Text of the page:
Investigations are underway after a suspected blue green algae was discovered at the Spiggie Loch.
Samples have been taken for testing, however the council’s environmental health department have advised people to avoid the algal scum evident at the water’s edge.
Notices are being posted in shops in the area and at various points close to the loch. Adjoining landowners and those with fishing interests are also being told of the situation.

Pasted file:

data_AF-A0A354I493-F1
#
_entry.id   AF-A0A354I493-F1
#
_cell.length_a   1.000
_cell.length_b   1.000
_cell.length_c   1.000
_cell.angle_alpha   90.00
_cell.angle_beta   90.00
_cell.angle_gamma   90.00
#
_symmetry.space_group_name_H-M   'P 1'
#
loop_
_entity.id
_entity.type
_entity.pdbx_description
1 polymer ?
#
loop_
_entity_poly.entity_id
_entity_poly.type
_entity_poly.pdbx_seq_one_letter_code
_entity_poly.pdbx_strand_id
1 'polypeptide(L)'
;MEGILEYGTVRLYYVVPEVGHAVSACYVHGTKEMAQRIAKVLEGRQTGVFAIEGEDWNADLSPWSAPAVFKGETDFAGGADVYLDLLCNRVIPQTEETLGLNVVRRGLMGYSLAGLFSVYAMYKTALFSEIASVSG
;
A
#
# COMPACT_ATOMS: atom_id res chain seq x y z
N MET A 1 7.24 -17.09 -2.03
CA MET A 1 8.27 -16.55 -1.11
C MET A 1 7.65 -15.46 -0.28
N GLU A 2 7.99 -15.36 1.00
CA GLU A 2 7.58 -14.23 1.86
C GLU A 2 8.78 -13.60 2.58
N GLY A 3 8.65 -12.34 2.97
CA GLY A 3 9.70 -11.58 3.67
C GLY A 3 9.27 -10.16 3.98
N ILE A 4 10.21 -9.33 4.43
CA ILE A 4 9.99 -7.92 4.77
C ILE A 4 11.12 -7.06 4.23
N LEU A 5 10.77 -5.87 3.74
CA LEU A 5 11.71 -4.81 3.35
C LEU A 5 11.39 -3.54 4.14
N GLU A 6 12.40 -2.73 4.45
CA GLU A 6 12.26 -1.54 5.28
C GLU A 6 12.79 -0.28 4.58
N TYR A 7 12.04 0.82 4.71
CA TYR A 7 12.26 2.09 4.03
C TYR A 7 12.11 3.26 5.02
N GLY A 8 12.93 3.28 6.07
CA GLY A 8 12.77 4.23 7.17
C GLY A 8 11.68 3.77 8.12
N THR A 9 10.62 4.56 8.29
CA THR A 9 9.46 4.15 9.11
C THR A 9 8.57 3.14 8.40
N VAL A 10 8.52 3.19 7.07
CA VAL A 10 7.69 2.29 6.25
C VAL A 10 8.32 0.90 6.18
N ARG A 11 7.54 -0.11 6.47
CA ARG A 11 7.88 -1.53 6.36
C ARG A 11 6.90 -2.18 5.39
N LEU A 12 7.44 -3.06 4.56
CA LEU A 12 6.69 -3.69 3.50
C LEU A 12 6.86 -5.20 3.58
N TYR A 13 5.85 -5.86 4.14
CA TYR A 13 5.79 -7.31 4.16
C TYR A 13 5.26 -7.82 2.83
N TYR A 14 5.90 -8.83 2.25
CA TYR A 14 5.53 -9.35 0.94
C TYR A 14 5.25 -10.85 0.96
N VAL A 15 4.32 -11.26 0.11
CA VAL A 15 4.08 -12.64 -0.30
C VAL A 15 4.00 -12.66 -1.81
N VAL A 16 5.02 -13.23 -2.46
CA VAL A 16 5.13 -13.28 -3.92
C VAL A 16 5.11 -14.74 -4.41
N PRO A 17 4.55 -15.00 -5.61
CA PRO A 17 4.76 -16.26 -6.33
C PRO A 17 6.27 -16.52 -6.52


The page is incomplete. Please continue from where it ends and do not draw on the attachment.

The Scottish Environment Protection Agency (Sepa) and Shetland NHS board have also been notified, although there has so far been no adverse effect on water supplies.
Blue green algae exist in fresh waters and are noticed when their concentrations increase to form blooms.
Possible effects of people coming into contact with toxic scums include skin rashes, eye irritations, vomiting and diarrhoea, as well as fever and pains in muscles and joints.
In the past toxic algae have also caused deaths among livestock and dogs.
The treatment of water supplies removes blue green algae and additional treatment may be applied to destroy or remove toxins should they arise. The behaviour of algae is erratic, and the level of its toxicity can fluctuate.